In the 1990s, the arcades were still popular with teens like me, especially during the Street Fighter II vs. Mortal Kombat heydays. Mortal Kombat entered the arcade scene in 1992, and it easily lured arcade players away from other fighting games. A game that could pull people away from the popular Street Fighter II was unheard of. Sometimes people had to unfortunately wait for their turn to play; on occasions I’d even take a peek by looking over someone’s shoulder to see all the action on the screen. Friends and the rest of the people I knew favored Mortal Kombat, but I didn’t. I played the game a few times with my brothers and friends but never on a consistent basis when I was at my local arcade, The Skill Mill.
I was mildly interested in Mortal Kombat and never became a fan. But I was impressed with Mortal Kombat’s graphics, using real life actors to portray the characters. The fighters looked, moved, and talked just like people in real life. Midway’s decision to add buckets of blood and finishing moves to the gameplay was over the top, but very original — giving the player the power to pull out someone’s heart or spine was something I had never seen in a video game. But I guess the violence was one of the main reasons why it became so popular for kids and young adults at the arcades. Mortal Kombat did take an original approach to the fighting genre, going in the opposite direction of Street Fighter in several ways: the controls were simple to perform and the realistic graphics complemented the blood and gore.
One day during junior high school, me and a few guys had a conversation about Mortal Kombat; one of them heaped piles of praise on the game’s combination of violence and realism, his main reasons why it was the superior fighting game to Street Fighter II. I remember he used the word "cartoons" in a derogatory sense for the Capcom characters. I didn’t think about it then, but the success of a violent realistic looking game like Mortal Kombat was a sign that the future of video games today would feature violence and graphics imitating reality.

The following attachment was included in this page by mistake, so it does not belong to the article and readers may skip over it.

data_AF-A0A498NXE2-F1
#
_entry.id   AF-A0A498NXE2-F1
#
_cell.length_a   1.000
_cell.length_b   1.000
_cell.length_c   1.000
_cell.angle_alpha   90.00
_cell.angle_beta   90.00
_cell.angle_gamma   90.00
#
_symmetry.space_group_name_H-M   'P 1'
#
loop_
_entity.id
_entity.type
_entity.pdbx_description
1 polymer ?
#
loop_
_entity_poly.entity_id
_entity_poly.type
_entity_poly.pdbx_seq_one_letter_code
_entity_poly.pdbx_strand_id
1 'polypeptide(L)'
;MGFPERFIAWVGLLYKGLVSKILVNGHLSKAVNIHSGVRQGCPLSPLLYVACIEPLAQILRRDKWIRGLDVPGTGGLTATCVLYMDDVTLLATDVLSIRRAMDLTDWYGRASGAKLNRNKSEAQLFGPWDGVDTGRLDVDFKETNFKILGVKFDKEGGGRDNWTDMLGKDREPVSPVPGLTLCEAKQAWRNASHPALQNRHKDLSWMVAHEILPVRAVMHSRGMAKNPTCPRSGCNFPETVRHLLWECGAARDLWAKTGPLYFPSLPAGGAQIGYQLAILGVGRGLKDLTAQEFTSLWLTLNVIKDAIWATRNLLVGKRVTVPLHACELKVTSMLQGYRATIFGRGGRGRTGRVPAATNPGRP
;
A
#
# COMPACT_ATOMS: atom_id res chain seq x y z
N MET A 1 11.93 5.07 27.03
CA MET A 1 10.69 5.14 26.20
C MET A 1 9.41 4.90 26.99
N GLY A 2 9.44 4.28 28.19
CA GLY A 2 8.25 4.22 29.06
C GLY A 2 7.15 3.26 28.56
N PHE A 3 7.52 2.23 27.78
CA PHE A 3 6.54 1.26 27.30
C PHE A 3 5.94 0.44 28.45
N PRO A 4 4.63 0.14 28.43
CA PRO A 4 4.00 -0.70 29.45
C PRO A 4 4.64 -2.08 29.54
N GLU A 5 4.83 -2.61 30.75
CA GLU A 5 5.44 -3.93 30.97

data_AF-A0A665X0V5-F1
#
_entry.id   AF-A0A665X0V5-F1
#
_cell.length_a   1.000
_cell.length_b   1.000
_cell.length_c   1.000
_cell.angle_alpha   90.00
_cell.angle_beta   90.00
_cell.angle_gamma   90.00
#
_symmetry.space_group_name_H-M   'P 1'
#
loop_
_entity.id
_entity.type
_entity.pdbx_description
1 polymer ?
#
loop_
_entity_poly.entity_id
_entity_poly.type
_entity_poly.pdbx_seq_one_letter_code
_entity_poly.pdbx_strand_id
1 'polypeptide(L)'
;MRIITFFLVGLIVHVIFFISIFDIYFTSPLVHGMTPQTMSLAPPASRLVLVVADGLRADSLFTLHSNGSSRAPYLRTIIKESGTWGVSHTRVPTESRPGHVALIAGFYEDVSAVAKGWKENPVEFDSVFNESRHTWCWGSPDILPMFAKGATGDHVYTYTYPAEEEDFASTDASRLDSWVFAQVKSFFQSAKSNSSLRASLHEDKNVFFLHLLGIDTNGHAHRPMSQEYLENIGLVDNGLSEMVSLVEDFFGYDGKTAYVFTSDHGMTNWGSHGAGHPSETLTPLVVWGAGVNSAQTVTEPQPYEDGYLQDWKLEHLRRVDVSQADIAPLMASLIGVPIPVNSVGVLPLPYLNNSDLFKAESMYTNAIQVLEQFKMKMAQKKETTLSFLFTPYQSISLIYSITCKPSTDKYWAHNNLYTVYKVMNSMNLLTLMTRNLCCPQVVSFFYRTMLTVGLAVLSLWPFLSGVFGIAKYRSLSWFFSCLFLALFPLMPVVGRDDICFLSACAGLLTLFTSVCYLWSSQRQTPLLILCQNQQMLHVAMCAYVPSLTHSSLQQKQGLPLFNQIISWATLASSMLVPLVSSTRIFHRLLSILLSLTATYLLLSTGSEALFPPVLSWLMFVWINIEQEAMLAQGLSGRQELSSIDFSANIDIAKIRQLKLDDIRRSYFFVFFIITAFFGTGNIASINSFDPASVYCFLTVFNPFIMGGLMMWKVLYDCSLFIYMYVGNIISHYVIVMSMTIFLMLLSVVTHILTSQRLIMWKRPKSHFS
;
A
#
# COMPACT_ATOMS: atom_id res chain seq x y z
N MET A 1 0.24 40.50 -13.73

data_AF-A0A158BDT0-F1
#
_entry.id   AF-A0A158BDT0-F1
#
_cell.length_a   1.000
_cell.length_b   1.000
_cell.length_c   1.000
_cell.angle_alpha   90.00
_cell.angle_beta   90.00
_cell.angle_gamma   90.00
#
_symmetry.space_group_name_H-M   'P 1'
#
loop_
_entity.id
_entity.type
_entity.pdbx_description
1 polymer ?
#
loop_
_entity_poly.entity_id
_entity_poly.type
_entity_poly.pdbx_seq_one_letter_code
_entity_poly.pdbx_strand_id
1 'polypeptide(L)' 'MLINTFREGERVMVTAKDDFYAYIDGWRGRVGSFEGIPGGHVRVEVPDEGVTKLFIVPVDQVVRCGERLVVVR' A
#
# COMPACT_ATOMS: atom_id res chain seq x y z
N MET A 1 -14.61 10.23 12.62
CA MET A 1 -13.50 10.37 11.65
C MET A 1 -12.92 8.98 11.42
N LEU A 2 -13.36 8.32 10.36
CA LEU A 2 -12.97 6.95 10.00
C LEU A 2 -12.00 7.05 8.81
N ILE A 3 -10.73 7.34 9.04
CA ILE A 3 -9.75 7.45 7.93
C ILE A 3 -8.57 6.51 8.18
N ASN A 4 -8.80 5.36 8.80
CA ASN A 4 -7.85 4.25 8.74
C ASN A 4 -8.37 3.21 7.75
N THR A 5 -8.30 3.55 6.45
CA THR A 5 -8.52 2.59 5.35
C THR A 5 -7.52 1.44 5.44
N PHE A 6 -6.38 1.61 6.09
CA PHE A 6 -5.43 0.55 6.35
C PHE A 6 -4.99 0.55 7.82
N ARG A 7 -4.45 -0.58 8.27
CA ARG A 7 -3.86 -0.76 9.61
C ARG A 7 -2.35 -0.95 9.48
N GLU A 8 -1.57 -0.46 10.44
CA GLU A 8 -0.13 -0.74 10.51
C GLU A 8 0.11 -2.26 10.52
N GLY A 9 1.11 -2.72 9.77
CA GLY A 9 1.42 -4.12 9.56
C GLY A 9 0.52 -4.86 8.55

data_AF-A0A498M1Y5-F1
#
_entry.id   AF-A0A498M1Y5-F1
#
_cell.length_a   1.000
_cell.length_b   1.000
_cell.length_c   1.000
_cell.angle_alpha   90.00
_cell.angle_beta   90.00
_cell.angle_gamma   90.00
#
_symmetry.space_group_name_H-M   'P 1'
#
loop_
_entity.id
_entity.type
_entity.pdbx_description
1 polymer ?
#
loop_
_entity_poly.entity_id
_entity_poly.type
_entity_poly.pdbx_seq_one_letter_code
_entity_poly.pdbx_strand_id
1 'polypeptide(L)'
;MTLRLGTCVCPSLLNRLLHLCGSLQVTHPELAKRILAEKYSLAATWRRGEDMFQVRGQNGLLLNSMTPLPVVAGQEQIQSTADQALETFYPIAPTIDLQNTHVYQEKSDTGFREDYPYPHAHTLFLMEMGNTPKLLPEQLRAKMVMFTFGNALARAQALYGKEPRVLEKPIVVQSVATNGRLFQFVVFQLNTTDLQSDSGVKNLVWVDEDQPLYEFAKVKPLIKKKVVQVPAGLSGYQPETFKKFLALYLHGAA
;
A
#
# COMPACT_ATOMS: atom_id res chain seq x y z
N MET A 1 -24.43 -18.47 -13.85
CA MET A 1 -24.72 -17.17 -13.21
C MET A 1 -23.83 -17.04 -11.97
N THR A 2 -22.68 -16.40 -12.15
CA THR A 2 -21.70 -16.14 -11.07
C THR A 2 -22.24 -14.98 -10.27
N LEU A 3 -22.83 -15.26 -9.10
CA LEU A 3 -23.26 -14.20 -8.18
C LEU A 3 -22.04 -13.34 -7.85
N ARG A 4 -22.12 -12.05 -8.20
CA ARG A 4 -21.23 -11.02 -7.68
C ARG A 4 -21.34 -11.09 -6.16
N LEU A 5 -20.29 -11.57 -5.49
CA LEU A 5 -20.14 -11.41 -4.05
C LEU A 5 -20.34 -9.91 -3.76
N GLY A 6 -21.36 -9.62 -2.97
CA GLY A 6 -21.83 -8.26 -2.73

When Mortal Kombat would finally come to the home consoles, it gained a lot of buzz in my hometown and probably the rest of America too. The nostalgia for me about the game were these appealing ad campaigns in television and comic books. I collected comic books back then, like the X-Men and the Amazing Spiderman, and there were Mortal Kombat ads on the back cover of several comics I read. I saw plenty of these ads, enough to make me think Mortal Kombat’s upcoming release on the Super Nintendo and Sega Genesis was a bigger deal than I may have realized.
I especially recall one particular ad: it had large bold slogans like "Prepare Yourself" and "Mortal Monday" on a full-size image of a crowd of young people raising their hands in unison, some pumping their fists in the air, all of them joined together as one eagerly anticipating something important. For a young guy like myself, this ad worked. I wanted to be one of those in the crowd because I didn’t want to miss out, so I felt I had to get Mortal Kombat. I thought that maybe I had underestimated how good this game was, especially when the ad gave me the impression the whole world couldn’t wait to get their hands on it.
When I finally played the game on the Super Nintendo, I was shocked that it did not have blood. That was the only thing I was concerned about. Without the blood, the gore, it just was not Mortal Kombat. I quickly abandoned it after casually playing around with it a couple of times.
The 90s had plenty of nostalgia for me, one being my days at the arcades playing Street Fighter II and seeing lots of people hanging out at the Mortal Kombat machine. I enjoy the game on a very mild level, but if I ever have to comment on anything Mortal Kombat, I’d go back to my experiences during the 1990s, when I was part of the historic "Mortal Mania" days. I was surprised and disappointed by how much people liked the game, but I have to hand it to the marketing team for their successfully aggressive campaign. I just didn’t see this kind of marketing for any other video game back in the day.